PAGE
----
Apple's recommendation to the developer community is to allow images to resize depending on the space available. This reduces the amount of customized code needed in order to adjust the elements of the interface in both versions of the device.
However, it is possible to modify the attributes of the elements to adjust them to the 38 and 42 mm devices. You can see it in this image:
3.- The graphic elements of WatchKit applications have enabled by default the option of internationalization. How can you get your app to work in several languages? Each of the threads of the storyboard is added automatically to the Localizable.strings file. Hence, to have the graphic elements in other languages, you just need to translate the strings into those target languages. Xcode will take care of inserting the particular string associated with the appropriate localization.
Two key elements in WatchKit: glances and notifications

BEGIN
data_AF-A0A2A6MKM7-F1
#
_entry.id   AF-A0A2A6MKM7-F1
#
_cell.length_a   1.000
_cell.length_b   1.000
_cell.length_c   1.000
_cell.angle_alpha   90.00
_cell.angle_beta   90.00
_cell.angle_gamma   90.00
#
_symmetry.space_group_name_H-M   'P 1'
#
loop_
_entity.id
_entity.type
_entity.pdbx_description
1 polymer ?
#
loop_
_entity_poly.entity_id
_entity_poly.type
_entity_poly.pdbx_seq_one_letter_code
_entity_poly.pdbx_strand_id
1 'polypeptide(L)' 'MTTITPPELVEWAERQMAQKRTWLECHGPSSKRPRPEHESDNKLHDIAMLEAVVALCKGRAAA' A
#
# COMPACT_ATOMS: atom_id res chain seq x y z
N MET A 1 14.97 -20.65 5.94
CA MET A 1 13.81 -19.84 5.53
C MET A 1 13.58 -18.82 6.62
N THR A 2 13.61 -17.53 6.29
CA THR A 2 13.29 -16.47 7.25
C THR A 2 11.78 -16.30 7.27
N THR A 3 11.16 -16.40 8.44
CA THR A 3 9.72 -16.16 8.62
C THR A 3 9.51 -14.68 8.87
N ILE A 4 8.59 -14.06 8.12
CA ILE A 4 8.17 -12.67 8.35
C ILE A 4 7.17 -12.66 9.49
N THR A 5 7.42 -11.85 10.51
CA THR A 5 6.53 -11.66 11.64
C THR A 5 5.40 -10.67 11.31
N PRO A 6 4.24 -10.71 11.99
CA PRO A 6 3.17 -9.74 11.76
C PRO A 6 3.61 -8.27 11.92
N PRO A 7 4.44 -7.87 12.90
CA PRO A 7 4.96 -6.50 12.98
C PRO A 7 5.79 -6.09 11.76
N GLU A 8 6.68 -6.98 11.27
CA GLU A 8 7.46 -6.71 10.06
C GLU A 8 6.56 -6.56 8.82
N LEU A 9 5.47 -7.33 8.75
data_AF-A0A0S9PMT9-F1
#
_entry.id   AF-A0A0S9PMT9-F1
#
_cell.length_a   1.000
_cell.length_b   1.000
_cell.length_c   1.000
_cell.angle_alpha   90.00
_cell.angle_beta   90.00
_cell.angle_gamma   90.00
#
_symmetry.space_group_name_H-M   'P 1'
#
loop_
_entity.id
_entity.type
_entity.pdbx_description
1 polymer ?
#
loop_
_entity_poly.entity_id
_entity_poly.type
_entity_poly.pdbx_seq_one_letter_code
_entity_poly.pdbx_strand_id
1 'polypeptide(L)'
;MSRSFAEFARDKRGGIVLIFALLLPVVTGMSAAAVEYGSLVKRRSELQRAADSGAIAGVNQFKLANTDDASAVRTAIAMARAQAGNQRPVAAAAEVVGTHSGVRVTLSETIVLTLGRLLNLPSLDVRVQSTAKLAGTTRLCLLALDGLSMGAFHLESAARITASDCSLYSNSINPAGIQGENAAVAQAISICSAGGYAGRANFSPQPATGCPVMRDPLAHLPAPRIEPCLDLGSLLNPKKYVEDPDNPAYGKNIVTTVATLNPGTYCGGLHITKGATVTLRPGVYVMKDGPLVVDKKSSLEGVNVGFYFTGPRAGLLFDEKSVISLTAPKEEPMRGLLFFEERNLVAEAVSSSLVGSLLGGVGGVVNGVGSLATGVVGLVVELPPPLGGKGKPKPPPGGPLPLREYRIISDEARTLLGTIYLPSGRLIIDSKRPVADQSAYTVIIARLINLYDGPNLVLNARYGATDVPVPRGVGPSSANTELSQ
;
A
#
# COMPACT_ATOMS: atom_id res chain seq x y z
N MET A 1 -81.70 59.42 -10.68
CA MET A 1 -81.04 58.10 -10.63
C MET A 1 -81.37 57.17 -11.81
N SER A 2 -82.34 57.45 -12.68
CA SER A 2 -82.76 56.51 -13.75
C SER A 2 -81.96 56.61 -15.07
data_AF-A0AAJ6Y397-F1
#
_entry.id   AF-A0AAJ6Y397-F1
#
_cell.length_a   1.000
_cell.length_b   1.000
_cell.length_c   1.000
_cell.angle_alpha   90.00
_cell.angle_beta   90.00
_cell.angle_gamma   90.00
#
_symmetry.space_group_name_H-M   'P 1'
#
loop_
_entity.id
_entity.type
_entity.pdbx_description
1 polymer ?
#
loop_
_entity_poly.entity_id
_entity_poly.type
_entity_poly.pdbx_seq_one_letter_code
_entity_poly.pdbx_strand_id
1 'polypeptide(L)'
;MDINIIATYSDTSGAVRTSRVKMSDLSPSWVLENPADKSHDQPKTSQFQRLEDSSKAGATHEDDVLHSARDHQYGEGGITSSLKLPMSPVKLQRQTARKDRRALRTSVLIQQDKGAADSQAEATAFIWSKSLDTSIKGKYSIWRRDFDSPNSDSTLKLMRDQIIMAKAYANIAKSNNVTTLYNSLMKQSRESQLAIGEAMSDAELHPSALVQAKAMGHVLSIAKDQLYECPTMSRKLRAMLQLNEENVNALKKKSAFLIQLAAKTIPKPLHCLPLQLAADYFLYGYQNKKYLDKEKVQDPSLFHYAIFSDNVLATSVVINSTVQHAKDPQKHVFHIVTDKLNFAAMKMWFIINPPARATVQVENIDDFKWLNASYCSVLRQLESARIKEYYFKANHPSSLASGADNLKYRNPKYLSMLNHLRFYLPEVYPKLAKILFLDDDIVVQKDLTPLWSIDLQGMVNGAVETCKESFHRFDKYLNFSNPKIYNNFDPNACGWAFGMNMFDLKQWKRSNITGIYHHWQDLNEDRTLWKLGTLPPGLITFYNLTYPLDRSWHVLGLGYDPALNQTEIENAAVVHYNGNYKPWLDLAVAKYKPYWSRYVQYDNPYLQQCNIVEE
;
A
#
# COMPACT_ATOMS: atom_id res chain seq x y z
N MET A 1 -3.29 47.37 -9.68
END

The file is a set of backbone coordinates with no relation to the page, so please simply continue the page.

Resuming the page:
The Glances tool of Apple Watch is “a supplemental way for the user to view important information from your app.” For example, it will allow a calendar app to show information about an upcoming meeting, or an airline app to do the same about a flight.
Xcode provides a number of standard designs for the development of glances on any WatchKit application. It’s up to the development team to decide which one best fits the information they want to display. However, Apple provides a series of practical tips in order to maximize this tool:
Design glances to convey information quickly: make appropriate use of graphics, colors, and animation.